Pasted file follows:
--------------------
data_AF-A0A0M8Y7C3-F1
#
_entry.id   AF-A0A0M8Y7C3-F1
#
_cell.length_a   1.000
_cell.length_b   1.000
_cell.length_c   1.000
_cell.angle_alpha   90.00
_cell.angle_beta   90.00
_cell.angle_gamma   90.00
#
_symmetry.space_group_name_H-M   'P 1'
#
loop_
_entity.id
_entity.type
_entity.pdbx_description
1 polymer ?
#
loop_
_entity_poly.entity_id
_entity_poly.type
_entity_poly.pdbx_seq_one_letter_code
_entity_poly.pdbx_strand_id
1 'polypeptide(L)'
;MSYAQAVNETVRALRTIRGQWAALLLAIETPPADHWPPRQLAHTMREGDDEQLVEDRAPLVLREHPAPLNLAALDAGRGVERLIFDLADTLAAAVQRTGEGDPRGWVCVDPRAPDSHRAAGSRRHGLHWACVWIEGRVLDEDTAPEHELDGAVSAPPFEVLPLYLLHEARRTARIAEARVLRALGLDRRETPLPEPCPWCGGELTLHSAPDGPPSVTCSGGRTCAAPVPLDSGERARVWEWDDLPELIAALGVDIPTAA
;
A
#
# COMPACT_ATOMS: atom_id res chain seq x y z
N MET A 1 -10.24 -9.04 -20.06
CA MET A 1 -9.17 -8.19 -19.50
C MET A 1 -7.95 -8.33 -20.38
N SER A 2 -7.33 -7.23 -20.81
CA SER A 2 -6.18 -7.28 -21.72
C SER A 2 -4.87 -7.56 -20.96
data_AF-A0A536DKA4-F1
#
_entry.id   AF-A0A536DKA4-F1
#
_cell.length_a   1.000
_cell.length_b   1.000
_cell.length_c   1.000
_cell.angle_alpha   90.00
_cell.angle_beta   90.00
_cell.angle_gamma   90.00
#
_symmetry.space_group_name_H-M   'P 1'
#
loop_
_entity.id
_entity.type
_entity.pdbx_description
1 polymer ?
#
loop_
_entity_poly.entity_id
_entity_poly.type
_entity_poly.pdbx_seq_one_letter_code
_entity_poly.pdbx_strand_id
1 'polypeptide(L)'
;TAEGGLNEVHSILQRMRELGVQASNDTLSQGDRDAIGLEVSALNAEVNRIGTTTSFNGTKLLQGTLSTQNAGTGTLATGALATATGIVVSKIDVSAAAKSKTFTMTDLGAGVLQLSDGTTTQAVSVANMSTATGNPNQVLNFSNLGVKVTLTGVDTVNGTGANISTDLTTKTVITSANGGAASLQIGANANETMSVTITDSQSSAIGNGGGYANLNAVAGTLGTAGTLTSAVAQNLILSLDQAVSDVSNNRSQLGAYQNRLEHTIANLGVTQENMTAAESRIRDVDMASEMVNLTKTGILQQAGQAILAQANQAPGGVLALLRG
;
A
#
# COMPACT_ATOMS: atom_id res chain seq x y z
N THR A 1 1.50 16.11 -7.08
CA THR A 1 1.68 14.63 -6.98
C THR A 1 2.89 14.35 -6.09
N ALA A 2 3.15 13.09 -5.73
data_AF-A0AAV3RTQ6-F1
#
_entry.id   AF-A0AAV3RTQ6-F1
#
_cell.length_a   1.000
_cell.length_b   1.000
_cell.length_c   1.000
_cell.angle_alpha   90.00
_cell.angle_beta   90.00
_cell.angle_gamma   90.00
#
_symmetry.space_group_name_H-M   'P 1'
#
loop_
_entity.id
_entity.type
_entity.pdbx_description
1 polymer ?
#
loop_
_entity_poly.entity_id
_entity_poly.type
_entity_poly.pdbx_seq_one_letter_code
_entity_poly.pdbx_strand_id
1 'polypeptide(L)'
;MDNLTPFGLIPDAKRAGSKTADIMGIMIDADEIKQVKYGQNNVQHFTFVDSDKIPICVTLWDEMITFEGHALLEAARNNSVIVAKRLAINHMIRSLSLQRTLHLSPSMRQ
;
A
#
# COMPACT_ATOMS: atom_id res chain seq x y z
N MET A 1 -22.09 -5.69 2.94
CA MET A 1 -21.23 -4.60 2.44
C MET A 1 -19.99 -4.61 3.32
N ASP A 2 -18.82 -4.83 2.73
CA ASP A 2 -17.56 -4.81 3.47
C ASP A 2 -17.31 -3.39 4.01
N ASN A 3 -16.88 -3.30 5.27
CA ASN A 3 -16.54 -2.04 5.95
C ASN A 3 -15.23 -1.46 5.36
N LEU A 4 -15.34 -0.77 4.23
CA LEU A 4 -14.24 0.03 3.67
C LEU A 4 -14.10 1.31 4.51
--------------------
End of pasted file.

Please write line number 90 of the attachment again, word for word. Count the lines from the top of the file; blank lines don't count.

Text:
loop_